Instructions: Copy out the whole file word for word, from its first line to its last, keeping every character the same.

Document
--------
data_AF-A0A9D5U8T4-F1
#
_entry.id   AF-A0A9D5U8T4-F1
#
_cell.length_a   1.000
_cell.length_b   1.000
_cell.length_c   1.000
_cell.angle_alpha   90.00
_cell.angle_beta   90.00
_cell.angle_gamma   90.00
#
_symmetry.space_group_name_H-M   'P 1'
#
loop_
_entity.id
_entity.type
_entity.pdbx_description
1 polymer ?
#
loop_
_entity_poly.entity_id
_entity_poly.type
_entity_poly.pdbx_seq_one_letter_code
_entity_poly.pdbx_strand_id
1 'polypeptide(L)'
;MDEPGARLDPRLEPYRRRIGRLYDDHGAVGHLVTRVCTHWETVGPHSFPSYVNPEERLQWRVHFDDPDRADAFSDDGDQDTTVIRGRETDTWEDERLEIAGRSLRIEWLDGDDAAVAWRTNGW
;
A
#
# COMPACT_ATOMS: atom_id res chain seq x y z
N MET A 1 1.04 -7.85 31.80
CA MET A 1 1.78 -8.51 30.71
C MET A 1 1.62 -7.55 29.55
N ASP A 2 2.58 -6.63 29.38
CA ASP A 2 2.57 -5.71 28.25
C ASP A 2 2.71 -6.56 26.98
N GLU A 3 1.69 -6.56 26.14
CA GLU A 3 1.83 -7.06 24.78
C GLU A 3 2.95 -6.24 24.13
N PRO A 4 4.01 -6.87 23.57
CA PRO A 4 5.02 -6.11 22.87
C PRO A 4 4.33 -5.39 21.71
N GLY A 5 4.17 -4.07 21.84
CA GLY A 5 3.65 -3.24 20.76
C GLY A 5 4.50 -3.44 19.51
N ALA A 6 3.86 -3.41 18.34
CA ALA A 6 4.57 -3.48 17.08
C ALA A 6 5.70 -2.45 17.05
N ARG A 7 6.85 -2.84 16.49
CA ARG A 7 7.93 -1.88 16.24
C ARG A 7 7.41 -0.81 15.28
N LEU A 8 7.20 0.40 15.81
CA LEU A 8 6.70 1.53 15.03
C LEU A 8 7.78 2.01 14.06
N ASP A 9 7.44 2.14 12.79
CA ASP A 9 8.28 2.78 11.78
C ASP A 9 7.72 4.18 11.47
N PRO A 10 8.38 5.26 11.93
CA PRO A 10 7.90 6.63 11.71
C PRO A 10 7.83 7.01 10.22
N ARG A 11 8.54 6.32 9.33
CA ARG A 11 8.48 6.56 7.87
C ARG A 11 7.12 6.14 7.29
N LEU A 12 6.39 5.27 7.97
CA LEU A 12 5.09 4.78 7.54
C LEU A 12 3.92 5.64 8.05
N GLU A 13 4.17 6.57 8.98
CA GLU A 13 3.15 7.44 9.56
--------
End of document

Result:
data_AF-A0A9D5U8T4-F1
#
_entry.id   AF-A0A9D5U8T4-F1
#
_cell.length_a   1.000
_cell.length_b   1.000
_cell.length_c   1.000
_cell.angle_alpha   90.00
_cell.angle_beta   90.00
_cell.angle_gamma   90.00
#
_symmetry.space_group_name_H-M   'P 1'
#
loop_
_entity.id
_entity.type
_entity.pdbx_description
1 polymer ?
#
loop_
_entity_poly.entity_id
_entity_poly.type
_entity_poly.pdbx_seq_one_letter_code
_entity_poly.pdbx_strand_id
1 'polypeptide(L)'
;MDEPGARLDPRLEPYRRRIGRLYDDHGAVGHLVTRVCTHWETVGPHSFPSYVNPEERLQWRVHFDDPDRADAFSDDGDQDTTVIRGRETDTWEDERLEIAGRSLRIEWLDGDDAAVAWRTNGW
;
A
#
# COMPACT_ATOMS: atom_id res chain seq x y z
N MET A 1 1.04 -7.85 31.80
CA MET A 1 1.78 -8.51 30.71
C MET A 1 1.62 -7.55 29.55
N ASP A 2 2.58 -6.63 29.38
CA ASP A 2 2.57 -5.71 28.25
C ASP A 2 2.71 -6.56 26.98
N GLU A 3 1.69 -6.56 26.14
CA GLU A 3 1.83 -7.06 24.78
C GLU A 3 2.95 -6.24 24.13
N PRO A 4 4.01 -6.87 23.57
CA PRO A 4 5.02 -6.11 22.87
C PRO A 4 4.33 -5.39 21.71
N GLY A 5 4.17 -4.07 21.84
CA GLY A 5 3.65 -3.24 20.76
C GLY A 5 4.50 -3.44 19.51
N ALA A 6 3.86 -3.41 18.34
CA ALA A 6 4.57 -3.48 17.08
C ALA A 6 5.70 -2.45 17.05
N ARG A 7 6.85 -2.84 16.49
CA ARG A 7 7.93 -1.88 16.24
C ARG A 7 7.41 -0.81 15.28
N LEU A 8 7.20 0.40 15.81
CA LEU A 8 6.70 1.53 15.03
C LEU A 8 7.78 2.01 14.06
N ASP A 9 7.44 2.14 12.79
CA ASP A 9 8.28 2.78 11.78
C ASP A 9 7.72 4.18 11.47
N PRO A 10 8.38 5.26 11.93
CA PRO A 10 7.90 6.63 11.71
C PRO A 10 7.83 7.01 10.22
N ARG A 11 8.54 6.32 9.33
CA ARG A 11 8.48 6.56 7.87
C ARG A 11 7.12 6.14 7.29
N LEU A 12 6.39 5.27 7.97
CA LEU A 12 5.09 4.78 7.54
C LEU A 12 3.92 5.64 8.05
N GLU A 13 4.17 6.57 8.98
CA GLU A 13 3.15 7.44 9.56